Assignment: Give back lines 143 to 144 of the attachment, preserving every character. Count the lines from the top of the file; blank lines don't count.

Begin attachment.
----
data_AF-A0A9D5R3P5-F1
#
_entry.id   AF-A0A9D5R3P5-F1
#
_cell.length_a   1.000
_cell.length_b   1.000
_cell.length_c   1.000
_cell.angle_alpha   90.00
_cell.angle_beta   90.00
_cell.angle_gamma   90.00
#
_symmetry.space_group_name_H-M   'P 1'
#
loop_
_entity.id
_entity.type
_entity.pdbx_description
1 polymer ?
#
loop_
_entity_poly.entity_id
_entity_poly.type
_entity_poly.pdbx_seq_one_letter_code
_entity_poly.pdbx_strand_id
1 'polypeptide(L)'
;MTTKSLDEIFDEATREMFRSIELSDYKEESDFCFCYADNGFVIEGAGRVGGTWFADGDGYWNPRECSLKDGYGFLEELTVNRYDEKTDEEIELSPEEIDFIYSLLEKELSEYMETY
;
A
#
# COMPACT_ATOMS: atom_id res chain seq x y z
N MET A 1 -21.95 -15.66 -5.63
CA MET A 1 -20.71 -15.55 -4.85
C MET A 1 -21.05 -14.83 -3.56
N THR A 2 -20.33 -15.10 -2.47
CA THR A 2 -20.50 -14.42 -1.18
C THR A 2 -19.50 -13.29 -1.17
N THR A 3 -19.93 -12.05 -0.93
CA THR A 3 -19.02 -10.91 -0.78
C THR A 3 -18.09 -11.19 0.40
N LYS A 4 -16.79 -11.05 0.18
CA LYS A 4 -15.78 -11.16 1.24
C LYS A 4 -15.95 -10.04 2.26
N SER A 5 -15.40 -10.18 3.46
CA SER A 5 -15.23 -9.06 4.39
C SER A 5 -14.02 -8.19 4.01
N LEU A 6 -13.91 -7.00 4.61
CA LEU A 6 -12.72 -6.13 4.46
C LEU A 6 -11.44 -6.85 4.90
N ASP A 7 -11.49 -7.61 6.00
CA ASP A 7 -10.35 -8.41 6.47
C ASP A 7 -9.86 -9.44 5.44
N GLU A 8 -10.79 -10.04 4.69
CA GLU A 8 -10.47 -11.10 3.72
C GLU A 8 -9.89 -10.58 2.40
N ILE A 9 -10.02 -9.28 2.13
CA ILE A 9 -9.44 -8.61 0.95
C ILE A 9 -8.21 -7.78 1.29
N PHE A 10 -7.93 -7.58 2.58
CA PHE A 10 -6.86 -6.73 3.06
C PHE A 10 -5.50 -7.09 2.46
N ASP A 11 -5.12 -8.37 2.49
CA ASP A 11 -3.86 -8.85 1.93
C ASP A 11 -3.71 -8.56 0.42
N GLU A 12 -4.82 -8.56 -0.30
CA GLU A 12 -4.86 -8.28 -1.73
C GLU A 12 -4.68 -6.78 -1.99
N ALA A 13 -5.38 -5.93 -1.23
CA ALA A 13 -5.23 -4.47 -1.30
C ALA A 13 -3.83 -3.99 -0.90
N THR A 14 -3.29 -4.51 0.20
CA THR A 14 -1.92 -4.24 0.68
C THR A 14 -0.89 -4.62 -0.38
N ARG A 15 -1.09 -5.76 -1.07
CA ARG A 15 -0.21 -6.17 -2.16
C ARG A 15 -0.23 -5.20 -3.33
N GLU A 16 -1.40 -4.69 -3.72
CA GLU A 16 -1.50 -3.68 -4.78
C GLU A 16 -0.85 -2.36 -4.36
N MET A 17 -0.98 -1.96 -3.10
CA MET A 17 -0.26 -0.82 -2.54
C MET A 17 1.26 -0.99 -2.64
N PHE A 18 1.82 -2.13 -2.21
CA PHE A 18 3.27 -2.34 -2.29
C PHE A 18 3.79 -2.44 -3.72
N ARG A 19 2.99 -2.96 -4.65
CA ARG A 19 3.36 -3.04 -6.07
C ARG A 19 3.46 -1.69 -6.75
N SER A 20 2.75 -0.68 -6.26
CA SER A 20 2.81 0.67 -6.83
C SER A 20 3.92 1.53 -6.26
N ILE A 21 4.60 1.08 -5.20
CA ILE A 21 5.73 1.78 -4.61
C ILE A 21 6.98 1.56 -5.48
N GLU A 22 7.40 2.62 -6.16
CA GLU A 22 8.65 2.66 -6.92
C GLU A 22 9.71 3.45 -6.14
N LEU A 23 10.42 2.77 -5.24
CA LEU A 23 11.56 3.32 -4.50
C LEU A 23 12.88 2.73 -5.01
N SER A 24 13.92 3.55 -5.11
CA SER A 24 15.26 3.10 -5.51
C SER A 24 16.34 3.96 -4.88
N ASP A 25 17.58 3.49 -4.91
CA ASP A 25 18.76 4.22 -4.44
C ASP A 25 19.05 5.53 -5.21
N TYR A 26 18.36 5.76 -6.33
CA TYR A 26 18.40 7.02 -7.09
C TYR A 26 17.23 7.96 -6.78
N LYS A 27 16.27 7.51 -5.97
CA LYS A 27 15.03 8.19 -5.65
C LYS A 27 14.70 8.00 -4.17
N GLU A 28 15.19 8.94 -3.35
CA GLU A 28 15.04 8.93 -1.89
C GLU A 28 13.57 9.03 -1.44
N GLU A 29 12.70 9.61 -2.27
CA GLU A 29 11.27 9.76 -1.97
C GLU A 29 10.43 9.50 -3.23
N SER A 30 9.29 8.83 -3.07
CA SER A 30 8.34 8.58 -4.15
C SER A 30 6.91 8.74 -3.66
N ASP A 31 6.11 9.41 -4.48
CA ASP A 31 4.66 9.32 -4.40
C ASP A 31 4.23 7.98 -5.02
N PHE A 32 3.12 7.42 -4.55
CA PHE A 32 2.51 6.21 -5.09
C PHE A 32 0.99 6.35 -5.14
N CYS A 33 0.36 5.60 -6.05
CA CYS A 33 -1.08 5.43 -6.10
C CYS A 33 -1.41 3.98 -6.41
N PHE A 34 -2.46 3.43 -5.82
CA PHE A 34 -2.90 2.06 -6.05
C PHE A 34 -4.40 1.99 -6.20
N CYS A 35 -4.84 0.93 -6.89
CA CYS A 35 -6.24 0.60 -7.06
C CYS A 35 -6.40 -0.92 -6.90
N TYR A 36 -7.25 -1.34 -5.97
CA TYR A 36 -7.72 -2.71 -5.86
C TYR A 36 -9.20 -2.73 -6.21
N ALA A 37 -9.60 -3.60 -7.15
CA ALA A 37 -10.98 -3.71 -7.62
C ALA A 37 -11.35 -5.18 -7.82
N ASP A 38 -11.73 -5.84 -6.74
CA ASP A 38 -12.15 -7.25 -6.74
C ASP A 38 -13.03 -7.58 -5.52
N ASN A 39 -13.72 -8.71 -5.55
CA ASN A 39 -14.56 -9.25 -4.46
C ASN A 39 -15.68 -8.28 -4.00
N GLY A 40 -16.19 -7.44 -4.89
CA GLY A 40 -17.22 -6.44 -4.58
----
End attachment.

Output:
CA ASP A 38 -12.15 -7.25 -6.74
C ASP A 38 -13.03 -7.58 -5.52